Star Wars Retro games: Star Was Monopoly

Hasbro Interactive’s Star Wars Monopoly is a fully animated interactive PC version of Parker Brothers’ 1997 Monopoly board game, albeit with the 20th Anniversary “Star Wars Trilogy Special Edition” twist. Although the rules remain the same as the classic Monopoly game and the goal still is to buy up as many properties as possible and not becoming bankrupt, the setting is no longer Earthbound (as in Atlantic City) but the Star Wars galaxy from the Classic trilogy.

In Star Wars Monopoly, one can either play solo against the computer’s artificial intelligence (AI), other human players (the “hot seat” option), or on the Internet through such portals as the MSN Game Zone. (Players who install this game will notice it will later show up on their MSN or Windows Messenger as an additional option.) While it’s always more fun to play against other people, the solo player game can be very tough, especially if one chooses to play against several AI opponents set on “Difficult” level.

Although the game does allow for “house rules” (such as getting money for landing on Free Parking), the default setting will set the rules as “set in stone” by Parker Brothers. In a non-house rules game, for instance, no player gets paid for landing on Free Parking or gets extra money for landing on Go, and in all games (house rules and standard), if a player lands on a space, he or she must either buy it or put it up for auction.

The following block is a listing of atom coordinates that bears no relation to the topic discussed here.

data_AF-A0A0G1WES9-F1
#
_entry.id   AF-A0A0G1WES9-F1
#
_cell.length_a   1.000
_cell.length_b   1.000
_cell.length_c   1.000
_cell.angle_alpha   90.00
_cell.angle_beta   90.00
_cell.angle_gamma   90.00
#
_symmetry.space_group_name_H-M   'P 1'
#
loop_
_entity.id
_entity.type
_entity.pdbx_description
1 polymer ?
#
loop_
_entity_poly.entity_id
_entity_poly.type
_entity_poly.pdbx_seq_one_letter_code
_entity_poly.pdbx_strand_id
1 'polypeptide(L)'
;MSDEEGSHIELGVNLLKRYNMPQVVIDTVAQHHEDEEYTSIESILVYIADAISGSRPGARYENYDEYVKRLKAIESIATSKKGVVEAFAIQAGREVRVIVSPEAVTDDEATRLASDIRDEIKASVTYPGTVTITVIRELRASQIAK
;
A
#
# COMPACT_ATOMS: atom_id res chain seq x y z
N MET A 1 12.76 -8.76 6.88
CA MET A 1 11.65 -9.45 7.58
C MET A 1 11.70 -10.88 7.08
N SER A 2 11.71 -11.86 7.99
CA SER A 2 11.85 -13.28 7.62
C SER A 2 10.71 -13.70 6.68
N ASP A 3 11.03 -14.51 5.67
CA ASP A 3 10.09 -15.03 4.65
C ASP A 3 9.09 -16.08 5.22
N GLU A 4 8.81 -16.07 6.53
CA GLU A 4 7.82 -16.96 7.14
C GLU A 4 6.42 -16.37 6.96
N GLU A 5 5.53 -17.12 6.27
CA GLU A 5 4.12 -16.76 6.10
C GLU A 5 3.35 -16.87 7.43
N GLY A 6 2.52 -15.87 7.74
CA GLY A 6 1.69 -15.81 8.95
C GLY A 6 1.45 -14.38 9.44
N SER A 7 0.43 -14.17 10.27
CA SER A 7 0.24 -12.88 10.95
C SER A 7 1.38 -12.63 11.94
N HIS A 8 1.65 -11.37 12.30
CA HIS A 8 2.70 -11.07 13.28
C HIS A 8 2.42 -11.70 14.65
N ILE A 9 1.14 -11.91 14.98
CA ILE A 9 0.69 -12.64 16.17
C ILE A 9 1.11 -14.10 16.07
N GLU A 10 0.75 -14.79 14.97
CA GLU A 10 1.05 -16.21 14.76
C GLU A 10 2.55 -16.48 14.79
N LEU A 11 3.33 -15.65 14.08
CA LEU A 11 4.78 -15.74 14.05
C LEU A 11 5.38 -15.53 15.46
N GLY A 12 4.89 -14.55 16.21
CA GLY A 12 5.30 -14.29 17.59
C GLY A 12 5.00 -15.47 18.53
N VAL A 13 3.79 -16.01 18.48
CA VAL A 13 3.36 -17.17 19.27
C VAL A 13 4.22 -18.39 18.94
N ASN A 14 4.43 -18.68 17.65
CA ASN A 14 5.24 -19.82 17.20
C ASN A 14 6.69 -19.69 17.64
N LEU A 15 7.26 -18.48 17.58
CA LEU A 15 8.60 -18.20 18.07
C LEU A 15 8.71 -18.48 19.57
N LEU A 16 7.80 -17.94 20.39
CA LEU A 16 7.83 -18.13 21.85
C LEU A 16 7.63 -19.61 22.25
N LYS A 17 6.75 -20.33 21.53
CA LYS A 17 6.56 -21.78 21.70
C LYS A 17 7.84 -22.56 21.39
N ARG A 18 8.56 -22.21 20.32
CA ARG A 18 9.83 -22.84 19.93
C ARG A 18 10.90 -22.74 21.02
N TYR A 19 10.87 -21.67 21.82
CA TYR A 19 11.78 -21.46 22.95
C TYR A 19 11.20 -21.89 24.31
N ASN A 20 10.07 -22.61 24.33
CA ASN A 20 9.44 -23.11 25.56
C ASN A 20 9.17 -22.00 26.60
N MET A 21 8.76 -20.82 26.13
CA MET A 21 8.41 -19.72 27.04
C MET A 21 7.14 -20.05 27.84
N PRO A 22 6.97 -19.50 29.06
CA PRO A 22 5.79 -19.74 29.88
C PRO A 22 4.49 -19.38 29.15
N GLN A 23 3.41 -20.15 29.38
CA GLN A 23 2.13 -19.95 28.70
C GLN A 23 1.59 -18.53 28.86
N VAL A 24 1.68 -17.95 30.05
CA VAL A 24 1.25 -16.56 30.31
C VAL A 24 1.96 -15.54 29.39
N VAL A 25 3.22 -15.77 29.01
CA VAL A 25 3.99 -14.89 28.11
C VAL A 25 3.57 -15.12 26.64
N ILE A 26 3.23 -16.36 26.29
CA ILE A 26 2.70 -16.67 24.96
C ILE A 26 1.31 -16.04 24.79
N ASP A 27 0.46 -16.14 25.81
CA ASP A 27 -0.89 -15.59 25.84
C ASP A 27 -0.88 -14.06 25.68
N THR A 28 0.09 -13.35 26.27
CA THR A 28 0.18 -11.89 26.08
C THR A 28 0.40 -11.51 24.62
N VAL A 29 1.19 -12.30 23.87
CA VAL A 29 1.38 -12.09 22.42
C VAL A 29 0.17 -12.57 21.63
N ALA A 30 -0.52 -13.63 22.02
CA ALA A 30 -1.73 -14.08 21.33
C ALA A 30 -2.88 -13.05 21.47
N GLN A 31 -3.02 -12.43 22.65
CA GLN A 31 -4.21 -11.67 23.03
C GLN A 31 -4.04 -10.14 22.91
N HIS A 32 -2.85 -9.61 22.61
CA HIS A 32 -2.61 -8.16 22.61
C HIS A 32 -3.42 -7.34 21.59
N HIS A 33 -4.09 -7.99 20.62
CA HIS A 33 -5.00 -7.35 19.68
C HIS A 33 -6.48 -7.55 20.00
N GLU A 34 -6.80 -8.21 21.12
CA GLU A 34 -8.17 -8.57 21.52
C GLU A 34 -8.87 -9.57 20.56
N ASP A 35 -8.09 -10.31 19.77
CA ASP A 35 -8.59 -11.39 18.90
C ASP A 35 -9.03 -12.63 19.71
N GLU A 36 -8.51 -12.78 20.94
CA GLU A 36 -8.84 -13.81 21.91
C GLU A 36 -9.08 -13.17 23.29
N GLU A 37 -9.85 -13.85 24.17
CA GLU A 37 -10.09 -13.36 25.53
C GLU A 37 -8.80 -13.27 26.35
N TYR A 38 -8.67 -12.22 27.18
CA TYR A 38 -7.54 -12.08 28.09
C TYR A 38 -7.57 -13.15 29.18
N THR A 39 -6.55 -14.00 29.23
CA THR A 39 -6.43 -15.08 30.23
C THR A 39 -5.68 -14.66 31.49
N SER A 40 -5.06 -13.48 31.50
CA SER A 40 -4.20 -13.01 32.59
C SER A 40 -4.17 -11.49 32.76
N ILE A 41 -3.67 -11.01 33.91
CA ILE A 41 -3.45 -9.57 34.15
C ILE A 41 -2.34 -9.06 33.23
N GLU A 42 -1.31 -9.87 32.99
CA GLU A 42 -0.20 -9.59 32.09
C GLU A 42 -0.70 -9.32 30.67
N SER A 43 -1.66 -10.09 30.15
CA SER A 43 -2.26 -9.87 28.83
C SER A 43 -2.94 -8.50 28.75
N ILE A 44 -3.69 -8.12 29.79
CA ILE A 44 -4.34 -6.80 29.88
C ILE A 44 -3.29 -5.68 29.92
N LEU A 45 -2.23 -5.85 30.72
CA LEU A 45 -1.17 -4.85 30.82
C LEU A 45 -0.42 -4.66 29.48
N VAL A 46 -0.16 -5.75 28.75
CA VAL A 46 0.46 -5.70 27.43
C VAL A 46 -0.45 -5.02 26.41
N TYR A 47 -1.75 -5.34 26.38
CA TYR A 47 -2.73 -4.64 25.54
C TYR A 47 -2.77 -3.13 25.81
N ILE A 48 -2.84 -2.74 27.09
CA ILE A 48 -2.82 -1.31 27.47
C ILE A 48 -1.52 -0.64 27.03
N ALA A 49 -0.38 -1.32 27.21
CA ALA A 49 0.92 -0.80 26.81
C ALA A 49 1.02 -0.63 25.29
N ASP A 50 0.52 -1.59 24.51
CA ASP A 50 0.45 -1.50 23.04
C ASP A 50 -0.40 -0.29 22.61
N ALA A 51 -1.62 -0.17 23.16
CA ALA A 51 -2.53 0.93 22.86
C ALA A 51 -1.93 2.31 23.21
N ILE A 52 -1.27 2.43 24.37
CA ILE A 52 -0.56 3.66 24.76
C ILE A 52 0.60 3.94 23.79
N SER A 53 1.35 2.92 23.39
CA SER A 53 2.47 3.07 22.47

What makes Star Wars Monopoly truly fun is the change of setting from Atlantic City to the Star Wars galaxy. While the property colors and values are the same as “traditional” Monopoly, the names of places and currency have changed (from dollars to Galactic Credits).


Game play is easy, far easier than setting up the board version. Players choose their characters (instead of a shoe, car, or thimble one can choose a character — Darth Vader or Luke Skywalker, for instance — which at first is rendered like a tin game piece), then the Banker (C-3PO, voiced by Anthony Daniels, who also wrote some of his comments) distributes the initial money allowance. Then, with a mouse click, the dice are rolled and play begins. One can play this game for brief periods of time, save it with the File Droid, then resume at a more convenient time, or it can be played in one long marathon, provided there are no power outages. The game is not complicated to play; a single mouse click is all it takes to roll the dice and the computer does all the rest…moving the pieces, handing out the money or taking the payments, and even reading the Rebel and Imperial cards (the Chance and Community Chest cards with a Star Wars twist). Not only is it relatively easy to handle (it is not, however, easy to master), but it is quite fun, too.